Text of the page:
New York, October 30, 2006—The Committee to Protect Journalists condemns Chinese authorities’ denial of an open appeal hearing in the espionage case of Ching Cheong, a Hong Kong reporter for The Straits Times sentenced to five years in prison in August. Instead, the court will review documents behind closed doors before ruling on Ching’s appeal.
“We believe the Chinese authorities have failed to prove their case, and therefore we are extremely disappointed that they have refused to grant an open appeal hearing,” said CPJ Executive Director Joel Simon. “The government’s treatment of this case has only confirmed our impression that Ching has been targeted for his work as a journalist and that the charges of espionage against him are unsustainable.”
Ching was detained in Guangzhou in April 2005 while attempting to meet with a source to obtain interviews of the late ousted leader Zhao Ziyang. He was held under house arrest in Beijing without access to a lawyer or his family until a formal arrest order was issued in August 2005 on espionage charges.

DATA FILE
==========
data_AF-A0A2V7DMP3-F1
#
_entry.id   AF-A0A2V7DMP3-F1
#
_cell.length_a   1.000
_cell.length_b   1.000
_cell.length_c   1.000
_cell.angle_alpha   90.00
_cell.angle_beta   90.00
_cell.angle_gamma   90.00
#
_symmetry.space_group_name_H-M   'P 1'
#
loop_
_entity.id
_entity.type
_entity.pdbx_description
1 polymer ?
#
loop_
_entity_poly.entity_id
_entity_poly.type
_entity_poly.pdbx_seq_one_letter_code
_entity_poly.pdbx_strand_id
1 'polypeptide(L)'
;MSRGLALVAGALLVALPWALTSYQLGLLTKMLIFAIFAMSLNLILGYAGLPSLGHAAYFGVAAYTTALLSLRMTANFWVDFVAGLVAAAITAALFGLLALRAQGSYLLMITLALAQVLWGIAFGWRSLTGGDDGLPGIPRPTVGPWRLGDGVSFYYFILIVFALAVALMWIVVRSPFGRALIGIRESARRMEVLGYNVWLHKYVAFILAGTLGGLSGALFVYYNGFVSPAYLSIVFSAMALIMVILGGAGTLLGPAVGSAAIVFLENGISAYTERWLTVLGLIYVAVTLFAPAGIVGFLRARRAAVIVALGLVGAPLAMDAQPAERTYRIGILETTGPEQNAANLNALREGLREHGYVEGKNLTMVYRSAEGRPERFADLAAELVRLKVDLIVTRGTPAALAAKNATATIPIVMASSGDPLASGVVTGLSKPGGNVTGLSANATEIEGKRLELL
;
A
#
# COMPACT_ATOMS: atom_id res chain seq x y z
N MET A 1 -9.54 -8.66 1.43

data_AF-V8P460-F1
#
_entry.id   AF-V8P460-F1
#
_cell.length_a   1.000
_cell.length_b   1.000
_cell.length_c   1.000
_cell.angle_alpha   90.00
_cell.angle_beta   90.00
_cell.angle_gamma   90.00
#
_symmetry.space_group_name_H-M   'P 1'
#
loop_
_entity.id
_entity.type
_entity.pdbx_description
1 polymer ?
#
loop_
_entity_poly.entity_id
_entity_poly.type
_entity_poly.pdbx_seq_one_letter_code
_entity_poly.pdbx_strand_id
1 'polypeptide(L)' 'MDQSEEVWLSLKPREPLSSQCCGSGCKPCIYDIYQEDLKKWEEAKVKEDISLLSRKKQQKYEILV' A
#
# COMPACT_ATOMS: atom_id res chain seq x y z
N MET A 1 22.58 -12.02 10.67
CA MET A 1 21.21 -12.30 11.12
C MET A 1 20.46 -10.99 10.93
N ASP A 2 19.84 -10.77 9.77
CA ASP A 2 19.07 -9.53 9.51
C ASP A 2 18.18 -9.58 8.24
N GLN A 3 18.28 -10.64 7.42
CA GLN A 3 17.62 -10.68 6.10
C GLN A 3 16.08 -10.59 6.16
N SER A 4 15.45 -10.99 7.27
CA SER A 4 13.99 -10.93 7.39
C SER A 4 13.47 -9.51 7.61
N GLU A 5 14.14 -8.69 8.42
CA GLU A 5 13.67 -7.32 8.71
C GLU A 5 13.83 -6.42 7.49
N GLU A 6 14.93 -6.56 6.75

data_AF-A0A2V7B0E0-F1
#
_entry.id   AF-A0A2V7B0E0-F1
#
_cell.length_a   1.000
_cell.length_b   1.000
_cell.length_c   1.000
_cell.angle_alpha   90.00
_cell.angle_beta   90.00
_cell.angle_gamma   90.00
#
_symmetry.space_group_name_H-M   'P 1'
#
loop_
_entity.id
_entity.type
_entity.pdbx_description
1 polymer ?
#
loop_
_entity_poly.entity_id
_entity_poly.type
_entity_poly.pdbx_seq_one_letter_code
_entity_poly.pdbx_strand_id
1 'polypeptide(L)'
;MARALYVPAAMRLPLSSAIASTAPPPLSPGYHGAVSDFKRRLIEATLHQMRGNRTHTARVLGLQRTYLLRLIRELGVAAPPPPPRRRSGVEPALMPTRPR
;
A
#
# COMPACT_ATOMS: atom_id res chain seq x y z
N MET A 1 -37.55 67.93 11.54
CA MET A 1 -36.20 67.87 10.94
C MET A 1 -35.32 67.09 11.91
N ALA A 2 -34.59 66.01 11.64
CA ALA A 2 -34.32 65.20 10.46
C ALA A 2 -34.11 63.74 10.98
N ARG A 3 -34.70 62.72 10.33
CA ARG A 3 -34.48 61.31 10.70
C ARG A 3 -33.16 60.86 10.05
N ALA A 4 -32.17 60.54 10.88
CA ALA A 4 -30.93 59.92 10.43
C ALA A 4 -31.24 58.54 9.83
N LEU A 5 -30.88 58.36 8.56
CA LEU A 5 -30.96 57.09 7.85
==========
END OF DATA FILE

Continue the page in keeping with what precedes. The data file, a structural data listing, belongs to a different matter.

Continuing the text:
Specific allegations against him were not made clear until after his trial in a closed hearing in Beijing on August 15, 2006. On August 31, the Beijing No. 2 Intermediate People’s Court convicted Ching of espionage and sentenced him to five years in prison, plus an additional year’s deprivation of political rights.
The verdict in the case later appeared online and was published by several Hong Kong newspapers. The document accused Ching of accepting around 300,000 Hong Kong dollars (US$ 38,600) (not millions of Hong Kong dollars as first reported by the official Xinhua News Agency) in fees to submit classified reports on political affairs, economics, and international relations for a Taiwan-based organization called the Foundation of International and Cross-Strait Studies, which authorities said was a cover for a Taiwanese intelligence organization. Prosecutors said that Ching had met two representatives from the organization at a current events conference, and had done research for them.
In his defense, Ching argued that he had no knowledge that the organization was a front for Taiwanese intelligence, a charge the foundation itself has strongly denied, and had provided no state secrets.